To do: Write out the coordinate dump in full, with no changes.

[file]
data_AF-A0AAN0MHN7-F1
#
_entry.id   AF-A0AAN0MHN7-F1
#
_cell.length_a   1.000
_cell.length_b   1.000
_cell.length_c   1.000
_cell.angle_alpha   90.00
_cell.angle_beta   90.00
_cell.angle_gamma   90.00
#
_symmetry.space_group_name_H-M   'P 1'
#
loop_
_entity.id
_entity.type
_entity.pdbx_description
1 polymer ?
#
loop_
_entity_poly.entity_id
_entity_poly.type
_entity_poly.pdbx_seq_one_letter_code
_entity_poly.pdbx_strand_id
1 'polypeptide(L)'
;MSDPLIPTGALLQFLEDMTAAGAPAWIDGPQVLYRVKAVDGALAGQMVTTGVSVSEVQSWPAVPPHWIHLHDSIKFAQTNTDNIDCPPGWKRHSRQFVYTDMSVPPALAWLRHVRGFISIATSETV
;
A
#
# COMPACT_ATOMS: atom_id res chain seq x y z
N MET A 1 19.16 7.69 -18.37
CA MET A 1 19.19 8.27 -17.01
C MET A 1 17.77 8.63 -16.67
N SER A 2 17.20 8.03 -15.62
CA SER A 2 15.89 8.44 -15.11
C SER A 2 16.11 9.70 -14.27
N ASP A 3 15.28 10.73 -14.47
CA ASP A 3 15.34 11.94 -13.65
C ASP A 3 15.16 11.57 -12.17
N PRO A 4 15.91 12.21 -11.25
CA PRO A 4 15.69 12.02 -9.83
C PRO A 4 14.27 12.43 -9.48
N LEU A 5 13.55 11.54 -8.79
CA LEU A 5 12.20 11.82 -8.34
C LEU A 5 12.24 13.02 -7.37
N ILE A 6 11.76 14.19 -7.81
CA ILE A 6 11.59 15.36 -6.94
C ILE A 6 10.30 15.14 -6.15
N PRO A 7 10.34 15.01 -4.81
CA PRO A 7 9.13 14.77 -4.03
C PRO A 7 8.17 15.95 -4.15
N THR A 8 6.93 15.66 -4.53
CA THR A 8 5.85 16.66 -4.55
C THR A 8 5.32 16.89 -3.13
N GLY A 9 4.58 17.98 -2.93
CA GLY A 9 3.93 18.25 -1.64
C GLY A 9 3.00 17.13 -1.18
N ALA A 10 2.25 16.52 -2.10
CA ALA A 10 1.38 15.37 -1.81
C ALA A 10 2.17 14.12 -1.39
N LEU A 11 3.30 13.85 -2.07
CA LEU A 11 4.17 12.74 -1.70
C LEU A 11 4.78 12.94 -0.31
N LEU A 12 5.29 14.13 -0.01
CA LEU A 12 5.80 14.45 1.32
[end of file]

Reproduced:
data_AF-A0AAN0MHN7-F1
#
_entry.id   AF-A0AAN0MHN7-F1
#
_cell.length_a   1.000
_cell.length_b   1.000
_cell.length_c   1.000
_cell.angle_alpha   90.00
_cell.angle_beta   90.00
_cell.angle_gamma   90.00
#
_symmetry.space_group_name_H-M   'P 1'
#
loop_
_entity.id
_entity.type
_entity.pdbx_description
1 polymer ?
#
loop_
_entity_poly.entity_id
_entity_poly.type
_entity_poly.pdbx_seq_one_letter_code
_entity_poly.pdbx_strand_id
1 'polypeptide(L)'
;MSDPLIPTGALLQFLEDMTAAGAPAWIDGPQVLYRVKAVDGALAGQMVTTGVSVSEVQSWPAVPPHWIHLHDSIKFAQTNTDNIDCPPGWKRHSRQFVYTDMSVPPALAWLRHVRGFISIATSETV
;
A
#
# COMPACT_ATOMS: atom_id res chain seq x y z
N MET A 1 19.16 7.69 -18.37
CA MET A 1 19.19 8.27 -17.01
C MET A 1 17.77 8.63 -16.67
N SER A 2 17.20 8.03 -15.62
CA SER A 2 15.89 8.44 -15.11
C SER A 2 16.11 9.70 -14.27
N ASP A 3 15.28 10.73 -14.47
CA ASP A 3 15.34 11.94 -13.65
C ASP A 3 15.16 11.57 -12.17
N PRO A 4 15.91 12.21 -11.25
CA PRO A 4 15.69 12.02 -9.83
C PRO A 4 14.27 12.43 -9.48
N LEU A 5 13.55 11.54 -8.79
CA LEU A 5 12.20 11.82 -8.34
C LEU A 5 12.24 13.02 -7.37
N ILE A 6 11.76 14.19 -7.81
CA ILE A 6 11.59 15.36 -6.94
C ILE A 6 10.30 15.14 -6.15
N PRO A 7 10.34 15.01 -4.81
CA PRO A 7 9.13 14.77 -4.03
C PRO A 7 8.17 15.95 -4.15
N THR A 8 6.93 15.66 -4.53
CA THR A 8 5.85 16.66 -4.55
C THR A 8 5.32 16.89 -3.13
N GLY A 9 4.58 17.98 -2.93
CA GLY A 9 3.93 18.25 -1.64
C GLY A 9 3.00 17.13 -1.18
N ALA A 10 2.25 16.52 -2.10
CA ALA A 10 1.38 15.37 -1.81
C ALA A 10 2.17 14.12 -1.39
N LEU A 11 3.30 13.85 -2.07
CA LEU A 11 4.17 12.74 -1.70
C LEU A 11 4.78 12.94 -0.31
N LEU A 12 5.29 14.13 -0.01
CA LEU A 12 5.80 14.45 1.32